“I’m not looking for anything serious.”
“I just don’t want labels.”
“I can’t picture myself in a relationship.”
All of this is completely valid, of course, unless you’re actively engaging with someone else in a non-platonic manner. Whether you’re hooking up or “talking to” someone, you are still half of something. Not wanting to define it as an actual relationship does not take away from the fact that there is another human being with whom you have an emotional connection with. By distancing yourself away from the physical label of a “relationship”, you are still not exempt from the consequences of toying around with someone else’s feelings.
Yeah, I’m looking at you, fuckboy.
I’ll be the first to admit that this is a behavior that I’ve indulged in before. And while I’m not proud of my mistakes, these habits are an easy excuse built into our generation’s incessant need to protect ourselves and not be serious. At the end of the day, this is all it boils down to: we want to free ourselves from responsibility while still metaphorically eat our cake too. We don’t want to deal with the “seriousness” of a relationship because it means accepting that we’re all wandering around in the unknown.
In a relationship, you have to be responsible and serious. You have to compromise. You have to make decisions based on communication and love. It’s terrifying, so we run. In a twisted, roundabout way, it’s just easier to tell ourselves that by not being in a relationship, the consequences are less severe. All of that would be great if it wasn’t so full of self-pandering bullshit.
When you’re “talking to” someone, you’re still showing romantic interest. You still (presumably) care about the person. You still spend an abundant amount of time with them. When you’re talking to someone, it’s anything but platonic. The details vary depending on couple to couple, but it’s still exactly that: you’re a goddamn couple, whether you want to admit it or not. When it’s been weeks or months into the talking stage, you commit to them. Leaving the “but we’re not actually dating” aspect in is just a blame-free clause to rid ourselves of blame if the romance goes downhill.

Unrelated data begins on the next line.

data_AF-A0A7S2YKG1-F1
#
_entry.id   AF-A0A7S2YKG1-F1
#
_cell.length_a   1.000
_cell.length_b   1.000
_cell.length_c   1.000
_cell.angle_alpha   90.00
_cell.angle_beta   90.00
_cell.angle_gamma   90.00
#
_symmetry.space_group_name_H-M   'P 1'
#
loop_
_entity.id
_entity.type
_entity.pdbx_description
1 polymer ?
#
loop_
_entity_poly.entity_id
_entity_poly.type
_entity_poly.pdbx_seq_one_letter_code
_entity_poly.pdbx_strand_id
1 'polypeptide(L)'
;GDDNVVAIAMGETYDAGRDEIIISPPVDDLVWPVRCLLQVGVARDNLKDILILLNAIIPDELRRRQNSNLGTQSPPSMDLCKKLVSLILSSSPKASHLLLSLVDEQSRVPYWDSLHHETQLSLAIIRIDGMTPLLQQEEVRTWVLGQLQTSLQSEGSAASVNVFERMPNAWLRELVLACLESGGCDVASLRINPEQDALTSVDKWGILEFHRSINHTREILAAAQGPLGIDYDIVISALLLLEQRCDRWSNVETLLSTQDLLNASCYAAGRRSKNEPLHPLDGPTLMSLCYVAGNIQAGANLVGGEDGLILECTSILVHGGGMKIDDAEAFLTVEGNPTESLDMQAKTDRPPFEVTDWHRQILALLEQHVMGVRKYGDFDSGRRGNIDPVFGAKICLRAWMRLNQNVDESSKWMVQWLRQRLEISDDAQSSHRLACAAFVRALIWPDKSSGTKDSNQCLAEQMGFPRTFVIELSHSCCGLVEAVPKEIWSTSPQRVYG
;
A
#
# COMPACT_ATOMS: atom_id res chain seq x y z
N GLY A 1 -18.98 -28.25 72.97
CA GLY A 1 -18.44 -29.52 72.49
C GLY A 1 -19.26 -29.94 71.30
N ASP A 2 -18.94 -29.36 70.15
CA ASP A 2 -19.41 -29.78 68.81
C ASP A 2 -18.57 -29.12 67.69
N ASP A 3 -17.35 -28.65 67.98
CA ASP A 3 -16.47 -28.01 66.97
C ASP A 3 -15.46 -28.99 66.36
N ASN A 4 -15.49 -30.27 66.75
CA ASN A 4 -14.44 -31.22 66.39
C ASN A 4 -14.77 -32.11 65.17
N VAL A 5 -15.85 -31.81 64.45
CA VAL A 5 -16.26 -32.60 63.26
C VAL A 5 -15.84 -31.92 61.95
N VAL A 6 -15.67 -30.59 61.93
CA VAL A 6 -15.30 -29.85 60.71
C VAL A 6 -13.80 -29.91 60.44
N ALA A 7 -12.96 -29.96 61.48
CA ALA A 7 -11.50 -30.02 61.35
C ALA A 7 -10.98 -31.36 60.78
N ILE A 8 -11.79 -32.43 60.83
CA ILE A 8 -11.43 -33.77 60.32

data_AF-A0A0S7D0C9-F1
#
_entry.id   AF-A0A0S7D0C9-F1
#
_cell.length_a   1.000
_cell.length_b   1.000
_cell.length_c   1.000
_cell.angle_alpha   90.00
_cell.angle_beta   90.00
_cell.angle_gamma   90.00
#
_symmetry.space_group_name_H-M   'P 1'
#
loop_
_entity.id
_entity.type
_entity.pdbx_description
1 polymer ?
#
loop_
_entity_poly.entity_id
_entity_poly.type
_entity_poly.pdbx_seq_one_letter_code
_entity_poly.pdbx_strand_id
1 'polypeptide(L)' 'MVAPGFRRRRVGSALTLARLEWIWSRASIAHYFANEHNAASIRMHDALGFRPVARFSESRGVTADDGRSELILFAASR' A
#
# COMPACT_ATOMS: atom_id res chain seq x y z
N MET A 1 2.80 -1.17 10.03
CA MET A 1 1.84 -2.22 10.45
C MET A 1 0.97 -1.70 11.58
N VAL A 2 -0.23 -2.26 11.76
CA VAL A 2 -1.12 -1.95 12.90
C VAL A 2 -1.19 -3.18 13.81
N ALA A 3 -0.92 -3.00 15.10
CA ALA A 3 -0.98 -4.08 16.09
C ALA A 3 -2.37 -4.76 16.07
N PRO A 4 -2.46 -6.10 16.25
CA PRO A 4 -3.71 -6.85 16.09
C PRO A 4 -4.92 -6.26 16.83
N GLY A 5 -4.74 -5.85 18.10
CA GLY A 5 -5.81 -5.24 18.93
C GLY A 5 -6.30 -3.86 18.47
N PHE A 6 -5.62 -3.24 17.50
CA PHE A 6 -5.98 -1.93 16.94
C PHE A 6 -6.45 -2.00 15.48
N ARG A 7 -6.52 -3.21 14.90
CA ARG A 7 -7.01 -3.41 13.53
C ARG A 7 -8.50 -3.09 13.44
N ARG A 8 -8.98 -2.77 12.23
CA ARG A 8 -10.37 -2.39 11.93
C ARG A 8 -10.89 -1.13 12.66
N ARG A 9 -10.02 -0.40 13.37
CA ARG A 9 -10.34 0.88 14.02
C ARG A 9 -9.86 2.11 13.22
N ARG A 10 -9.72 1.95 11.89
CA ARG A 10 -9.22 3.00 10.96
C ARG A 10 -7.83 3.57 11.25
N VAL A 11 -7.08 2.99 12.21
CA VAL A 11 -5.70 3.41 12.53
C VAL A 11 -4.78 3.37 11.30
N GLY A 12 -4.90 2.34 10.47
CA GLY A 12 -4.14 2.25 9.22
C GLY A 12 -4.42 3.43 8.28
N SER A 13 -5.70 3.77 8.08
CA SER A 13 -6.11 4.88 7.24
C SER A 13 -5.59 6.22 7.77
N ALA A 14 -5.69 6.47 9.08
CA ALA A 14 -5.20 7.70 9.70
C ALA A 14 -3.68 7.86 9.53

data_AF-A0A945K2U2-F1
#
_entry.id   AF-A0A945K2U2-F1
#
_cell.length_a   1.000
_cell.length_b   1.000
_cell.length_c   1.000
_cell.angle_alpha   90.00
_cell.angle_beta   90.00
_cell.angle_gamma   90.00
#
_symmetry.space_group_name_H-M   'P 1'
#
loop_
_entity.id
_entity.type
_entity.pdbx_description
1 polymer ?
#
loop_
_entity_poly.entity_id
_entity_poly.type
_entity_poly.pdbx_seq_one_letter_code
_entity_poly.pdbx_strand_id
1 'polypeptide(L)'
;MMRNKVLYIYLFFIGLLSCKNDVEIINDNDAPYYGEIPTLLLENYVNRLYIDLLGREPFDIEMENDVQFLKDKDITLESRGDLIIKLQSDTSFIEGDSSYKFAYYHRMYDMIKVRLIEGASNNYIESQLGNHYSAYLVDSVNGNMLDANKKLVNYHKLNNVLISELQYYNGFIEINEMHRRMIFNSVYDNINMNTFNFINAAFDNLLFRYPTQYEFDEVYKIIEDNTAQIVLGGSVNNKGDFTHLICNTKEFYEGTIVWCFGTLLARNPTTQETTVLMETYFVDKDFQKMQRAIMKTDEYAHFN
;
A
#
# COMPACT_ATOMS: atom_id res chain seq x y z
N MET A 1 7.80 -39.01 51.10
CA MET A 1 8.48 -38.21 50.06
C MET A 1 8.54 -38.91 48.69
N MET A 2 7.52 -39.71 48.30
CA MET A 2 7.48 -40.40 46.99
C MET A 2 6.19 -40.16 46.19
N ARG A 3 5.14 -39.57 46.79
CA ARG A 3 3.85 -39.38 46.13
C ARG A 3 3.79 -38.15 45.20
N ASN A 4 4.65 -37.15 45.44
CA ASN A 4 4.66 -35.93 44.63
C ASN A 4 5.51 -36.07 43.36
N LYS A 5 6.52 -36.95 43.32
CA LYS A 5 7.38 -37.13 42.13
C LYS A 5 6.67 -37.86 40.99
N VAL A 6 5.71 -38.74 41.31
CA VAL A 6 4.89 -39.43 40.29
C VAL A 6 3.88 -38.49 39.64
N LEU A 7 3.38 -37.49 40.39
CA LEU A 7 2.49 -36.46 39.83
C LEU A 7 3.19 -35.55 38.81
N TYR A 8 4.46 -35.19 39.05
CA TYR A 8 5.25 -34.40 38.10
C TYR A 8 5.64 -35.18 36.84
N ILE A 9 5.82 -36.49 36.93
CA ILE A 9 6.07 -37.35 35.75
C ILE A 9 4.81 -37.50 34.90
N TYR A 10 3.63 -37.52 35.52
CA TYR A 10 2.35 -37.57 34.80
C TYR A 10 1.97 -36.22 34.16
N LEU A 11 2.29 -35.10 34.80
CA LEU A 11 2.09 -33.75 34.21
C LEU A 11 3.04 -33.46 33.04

We think that we can’t break someone’s heart if we’re not dating them. We think that because we were never in a relationship with them, it makes everything better. We’re quick to jump on the “Okay, but we were never actually boyfriend/girlfriend!” ship because it makes us feel better about our own actions.
The downside of that, of course, is that there is still another person involved. Regardless of whatever bullshit non-label you want to give your non-relationship, your actions will still be felt. We are the worst at being in relationships without actually being in them. You can still hurt someone just as terribly in a non-relationship as you can in a relationship. And it’s time to stop telling ourselves otherwise.
We want to be loved. But we don’t want to love.
We want to be chosen, but we want to keep our options open.
We want to be certain, but we don’t want to commit.
Our generation is a goddamn mess when it comes to romance, and it’s not okay. If you don’t have the maturity to recognize a relationship when you’re in one, you can’t “talk to” someone. Generation Y, I adore you, but it’s time to take some responsibility and grow the fuck up.
Featured Image via Pexels.